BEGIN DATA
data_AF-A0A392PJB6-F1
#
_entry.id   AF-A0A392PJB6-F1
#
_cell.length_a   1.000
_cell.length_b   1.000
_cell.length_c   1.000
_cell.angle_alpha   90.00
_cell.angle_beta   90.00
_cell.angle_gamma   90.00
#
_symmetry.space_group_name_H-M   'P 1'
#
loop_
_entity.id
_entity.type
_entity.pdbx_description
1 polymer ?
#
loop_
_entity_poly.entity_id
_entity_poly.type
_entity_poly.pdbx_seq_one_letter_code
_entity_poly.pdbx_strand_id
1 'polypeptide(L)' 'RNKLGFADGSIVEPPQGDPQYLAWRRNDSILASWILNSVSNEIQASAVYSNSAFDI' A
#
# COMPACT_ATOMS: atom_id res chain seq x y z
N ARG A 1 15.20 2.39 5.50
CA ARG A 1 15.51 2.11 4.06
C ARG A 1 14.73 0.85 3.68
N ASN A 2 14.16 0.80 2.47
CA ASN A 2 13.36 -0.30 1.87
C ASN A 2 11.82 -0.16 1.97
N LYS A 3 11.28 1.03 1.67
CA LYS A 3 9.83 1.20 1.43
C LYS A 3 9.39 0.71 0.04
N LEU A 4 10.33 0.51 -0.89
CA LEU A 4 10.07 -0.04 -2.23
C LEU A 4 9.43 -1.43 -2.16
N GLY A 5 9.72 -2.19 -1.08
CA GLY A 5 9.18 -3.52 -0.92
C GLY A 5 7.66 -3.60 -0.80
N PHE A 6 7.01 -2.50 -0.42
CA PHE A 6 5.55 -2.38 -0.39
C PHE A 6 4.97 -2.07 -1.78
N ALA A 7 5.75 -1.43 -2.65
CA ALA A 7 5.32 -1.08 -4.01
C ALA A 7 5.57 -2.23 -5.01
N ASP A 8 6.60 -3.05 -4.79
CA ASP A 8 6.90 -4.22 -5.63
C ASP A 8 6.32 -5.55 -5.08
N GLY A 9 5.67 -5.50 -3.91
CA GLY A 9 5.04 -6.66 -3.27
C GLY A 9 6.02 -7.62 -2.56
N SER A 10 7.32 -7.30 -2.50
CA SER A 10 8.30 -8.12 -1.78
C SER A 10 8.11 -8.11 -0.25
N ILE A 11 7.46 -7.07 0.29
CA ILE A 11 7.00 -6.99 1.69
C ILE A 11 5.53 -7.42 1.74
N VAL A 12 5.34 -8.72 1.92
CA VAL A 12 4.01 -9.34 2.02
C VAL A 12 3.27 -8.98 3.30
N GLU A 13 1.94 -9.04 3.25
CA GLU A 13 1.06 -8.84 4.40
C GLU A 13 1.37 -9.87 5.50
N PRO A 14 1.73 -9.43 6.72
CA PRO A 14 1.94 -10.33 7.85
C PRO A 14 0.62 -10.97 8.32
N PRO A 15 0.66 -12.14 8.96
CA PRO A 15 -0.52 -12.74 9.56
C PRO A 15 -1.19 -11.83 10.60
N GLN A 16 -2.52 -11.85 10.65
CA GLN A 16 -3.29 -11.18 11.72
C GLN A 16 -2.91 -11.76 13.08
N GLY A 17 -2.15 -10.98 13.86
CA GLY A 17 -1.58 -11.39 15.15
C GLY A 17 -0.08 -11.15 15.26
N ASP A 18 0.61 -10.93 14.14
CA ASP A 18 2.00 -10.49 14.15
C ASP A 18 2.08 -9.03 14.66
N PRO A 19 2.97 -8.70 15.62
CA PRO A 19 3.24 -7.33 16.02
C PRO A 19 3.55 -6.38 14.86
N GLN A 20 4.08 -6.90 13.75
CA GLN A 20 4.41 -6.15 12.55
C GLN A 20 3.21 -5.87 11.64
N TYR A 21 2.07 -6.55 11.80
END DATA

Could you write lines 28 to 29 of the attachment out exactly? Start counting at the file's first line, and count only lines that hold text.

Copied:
N ARG A 1 15.20 2.39 5.50
CA ARG A 1 15.51 2.11 4.06